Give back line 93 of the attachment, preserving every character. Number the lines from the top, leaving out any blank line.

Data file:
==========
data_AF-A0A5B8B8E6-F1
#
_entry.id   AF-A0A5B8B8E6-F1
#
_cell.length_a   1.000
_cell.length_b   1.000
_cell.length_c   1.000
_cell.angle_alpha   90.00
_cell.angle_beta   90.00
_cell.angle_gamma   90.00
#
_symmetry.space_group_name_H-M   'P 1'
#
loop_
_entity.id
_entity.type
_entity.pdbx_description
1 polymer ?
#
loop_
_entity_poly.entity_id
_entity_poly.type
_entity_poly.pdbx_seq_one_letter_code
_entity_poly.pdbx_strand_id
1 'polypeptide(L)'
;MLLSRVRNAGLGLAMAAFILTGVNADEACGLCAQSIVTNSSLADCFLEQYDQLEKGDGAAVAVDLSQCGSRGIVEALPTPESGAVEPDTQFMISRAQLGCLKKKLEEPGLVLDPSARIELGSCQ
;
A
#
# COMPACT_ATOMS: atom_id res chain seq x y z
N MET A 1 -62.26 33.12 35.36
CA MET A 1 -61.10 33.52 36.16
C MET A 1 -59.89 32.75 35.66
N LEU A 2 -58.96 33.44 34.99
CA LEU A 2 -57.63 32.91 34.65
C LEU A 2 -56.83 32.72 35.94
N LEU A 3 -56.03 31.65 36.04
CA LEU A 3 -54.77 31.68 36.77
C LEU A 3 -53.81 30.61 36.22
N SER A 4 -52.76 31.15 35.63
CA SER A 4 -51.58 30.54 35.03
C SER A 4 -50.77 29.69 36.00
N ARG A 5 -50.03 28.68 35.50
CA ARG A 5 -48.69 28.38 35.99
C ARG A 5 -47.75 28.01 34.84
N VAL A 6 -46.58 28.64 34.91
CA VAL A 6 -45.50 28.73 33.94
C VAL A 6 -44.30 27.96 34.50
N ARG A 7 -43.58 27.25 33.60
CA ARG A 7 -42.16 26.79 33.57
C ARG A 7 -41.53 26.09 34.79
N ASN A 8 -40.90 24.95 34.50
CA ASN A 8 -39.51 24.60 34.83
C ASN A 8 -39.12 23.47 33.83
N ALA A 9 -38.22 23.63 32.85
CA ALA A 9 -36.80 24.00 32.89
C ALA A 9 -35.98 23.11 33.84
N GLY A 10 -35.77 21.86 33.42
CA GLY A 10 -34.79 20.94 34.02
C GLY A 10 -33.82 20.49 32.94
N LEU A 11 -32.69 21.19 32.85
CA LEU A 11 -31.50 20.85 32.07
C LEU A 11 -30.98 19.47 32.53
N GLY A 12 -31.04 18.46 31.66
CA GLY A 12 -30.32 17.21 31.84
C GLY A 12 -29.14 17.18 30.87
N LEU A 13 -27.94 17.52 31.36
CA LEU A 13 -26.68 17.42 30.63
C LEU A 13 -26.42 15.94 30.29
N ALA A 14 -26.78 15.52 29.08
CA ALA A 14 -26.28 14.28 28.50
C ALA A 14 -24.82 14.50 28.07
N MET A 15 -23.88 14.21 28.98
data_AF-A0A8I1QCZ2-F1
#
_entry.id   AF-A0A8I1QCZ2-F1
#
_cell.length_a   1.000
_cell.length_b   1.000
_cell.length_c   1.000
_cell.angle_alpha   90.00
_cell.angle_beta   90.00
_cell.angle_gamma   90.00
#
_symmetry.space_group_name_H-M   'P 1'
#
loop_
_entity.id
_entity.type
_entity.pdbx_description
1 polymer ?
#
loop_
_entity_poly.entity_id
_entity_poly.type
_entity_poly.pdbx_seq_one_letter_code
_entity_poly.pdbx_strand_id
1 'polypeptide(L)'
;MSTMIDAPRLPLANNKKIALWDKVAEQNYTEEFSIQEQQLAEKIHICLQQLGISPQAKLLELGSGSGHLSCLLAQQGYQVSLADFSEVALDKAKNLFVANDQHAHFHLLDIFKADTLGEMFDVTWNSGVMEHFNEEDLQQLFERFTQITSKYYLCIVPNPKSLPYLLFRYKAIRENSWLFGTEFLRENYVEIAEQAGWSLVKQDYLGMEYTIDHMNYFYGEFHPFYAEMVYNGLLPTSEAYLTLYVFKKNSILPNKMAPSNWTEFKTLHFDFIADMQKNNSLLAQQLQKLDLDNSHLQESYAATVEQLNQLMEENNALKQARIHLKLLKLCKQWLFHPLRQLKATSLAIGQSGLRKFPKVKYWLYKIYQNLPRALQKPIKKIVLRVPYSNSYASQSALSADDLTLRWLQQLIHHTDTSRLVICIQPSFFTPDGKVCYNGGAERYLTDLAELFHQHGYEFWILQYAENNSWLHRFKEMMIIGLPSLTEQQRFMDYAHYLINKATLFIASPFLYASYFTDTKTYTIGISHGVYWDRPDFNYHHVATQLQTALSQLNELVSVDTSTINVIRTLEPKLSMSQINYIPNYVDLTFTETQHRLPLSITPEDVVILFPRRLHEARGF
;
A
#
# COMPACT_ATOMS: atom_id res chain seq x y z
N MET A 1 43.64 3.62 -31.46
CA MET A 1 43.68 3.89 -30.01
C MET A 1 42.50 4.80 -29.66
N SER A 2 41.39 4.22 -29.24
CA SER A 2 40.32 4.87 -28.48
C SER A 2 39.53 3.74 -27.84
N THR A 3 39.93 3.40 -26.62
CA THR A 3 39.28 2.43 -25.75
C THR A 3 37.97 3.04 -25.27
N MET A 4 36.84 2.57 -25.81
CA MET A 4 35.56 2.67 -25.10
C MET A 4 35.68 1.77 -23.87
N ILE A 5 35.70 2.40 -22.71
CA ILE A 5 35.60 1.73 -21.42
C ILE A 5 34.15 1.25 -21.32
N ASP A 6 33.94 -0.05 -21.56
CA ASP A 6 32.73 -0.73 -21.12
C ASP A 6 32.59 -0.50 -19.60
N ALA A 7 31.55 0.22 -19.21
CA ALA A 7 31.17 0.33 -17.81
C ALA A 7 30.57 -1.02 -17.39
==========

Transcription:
loop_